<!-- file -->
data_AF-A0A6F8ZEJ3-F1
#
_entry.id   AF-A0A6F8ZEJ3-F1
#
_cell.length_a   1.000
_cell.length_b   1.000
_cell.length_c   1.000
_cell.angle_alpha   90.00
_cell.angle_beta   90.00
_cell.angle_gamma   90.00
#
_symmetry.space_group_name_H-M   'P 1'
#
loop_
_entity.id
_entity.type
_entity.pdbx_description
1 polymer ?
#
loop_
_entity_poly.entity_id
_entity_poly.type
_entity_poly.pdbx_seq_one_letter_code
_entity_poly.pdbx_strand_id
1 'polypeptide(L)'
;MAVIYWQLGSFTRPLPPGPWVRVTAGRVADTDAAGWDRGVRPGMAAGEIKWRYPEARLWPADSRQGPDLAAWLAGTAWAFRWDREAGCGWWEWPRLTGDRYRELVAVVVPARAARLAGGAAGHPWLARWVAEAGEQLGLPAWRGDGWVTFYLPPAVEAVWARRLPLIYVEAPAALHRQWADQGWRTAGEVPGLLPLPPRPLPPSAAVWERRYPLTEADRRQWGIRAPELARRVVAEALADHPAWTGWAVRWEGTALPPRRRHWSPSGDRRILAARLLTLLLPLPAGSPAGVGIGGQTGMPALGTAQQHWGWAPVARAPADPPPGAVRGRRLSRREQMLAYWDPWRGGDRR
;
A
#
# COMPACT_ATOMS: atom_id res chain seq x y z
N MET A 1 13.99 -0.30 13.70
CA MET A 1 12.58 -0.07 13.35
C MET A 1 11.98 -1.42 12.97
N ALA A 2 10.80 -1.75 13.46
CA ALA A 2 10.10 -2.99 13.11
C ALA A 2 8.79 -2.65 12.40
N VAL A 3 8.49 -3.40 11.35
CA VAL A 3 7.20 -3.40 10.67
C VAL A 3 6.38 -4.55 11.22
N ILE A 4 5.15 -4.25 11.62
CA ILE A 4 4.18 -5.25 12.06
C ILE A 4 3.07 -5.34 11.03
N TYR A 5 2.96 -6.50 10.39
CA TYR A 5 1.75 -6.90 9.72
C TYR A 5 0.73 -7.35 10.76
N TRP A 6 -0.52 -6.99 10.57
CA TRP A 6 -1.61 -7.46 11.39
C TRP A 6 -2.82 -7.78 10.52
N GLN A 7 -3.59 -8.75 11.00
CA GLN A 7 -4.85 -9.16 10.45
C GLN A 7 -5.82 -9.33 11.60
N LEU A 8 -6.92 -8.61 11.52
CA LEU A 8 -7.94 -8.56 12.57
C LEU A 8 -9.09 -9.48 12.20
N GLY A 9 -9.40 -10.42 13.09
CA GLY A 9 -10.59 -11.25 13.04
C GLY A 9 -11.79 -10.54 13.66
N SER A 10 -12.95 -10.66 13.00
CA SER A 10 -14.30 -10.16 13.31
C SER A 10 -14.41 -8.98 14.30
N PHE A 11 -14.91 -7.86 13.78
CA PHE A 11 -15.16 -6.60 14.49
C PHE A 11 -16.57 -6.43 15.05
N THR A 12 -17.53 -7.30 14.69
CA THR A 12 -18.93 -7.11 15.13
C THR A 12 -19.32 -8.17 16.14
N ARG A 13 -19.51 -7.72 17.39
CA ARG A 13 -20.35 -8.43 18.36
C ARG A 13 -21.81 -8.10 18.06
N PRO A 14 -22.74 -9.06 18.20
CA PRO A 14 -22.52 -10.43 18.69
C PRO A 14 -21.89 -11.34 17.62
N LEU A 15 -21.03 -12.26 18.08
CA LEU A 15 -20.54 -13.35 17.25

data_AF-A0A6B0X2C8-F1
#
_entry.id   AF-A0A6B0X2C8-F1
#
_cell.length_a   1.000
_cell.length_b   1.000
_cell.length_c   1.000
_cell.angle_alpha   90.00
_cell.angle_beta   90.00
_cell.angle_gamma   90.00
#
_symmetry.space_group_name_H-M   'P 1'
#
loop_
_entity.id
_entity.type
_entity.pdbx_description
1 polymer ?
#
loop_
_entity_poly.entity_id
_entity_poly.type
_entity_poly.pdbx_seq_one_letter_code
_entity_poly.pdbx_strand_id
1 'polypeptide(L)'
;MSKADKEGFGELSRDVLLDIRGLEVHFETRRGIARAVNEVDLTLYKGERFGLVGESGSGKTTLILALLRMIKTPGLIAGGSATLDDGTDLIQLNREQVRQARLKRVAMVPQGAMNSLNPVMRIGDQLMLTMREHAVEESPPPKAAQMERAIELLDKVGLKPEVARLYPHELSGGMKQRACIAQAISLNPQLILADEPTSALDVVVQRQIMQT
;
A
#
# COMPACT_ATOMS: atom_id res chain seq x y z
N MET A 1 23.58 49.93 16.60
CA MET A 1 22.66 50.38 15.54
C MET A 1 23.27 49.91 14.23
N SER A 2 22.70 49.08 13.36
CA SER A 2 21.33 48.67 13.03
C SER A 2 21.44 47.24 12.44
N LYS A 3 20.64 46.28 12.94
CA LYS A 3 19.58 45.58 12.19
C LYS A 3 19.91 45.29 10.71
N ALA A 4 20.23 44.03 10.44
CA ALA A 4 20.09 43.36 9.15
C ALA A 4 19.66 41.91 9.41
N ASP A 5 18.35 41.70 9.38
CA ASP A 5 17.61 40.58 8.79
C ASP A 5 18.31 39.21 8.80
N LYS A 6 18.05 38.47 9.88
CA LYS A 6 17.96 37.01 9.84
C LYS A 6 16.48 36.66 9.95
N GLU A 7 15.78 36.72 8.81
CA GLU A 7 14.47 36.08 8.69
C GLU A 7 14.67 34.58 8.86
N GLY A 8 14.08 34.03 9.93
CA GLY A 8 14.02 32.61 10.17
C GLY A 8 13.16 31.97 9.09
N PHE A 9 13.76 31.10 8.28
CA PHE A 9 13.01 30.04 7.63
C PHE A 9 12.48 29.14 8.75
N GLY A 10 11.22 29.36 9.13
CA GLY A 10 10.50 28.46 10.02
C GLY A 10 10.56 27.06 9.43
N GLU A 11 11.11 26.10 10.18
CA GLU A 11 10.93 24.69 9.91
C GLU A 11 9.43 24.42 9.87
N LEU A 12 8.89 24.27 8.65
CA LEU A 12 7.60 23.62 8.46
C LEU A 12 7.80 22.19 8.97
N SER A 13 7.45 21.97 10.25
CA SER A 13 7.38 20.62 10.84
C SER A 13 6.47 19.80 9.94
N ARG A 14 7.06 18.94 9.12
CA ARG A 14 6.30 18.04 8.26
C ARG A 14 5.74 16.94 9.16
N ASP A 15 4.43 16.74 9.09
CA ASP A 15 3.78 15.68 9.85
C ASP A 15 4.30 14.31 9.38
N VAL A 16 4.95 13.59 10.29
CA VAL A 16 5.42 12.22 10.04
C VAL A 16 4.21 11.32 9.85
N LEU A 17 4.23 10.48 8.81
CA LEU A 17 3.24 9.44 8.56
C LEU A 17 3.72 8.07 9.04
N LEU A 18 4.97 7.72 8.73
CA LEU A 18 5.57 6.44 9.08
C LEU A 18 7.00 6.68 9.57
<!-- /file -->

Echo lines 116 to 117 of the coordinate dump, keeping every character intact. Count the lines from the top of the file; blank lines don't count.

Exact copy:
C ALA A 4 19.66 41.91 9.41
N ASP A 5 18.35 41.70 9.38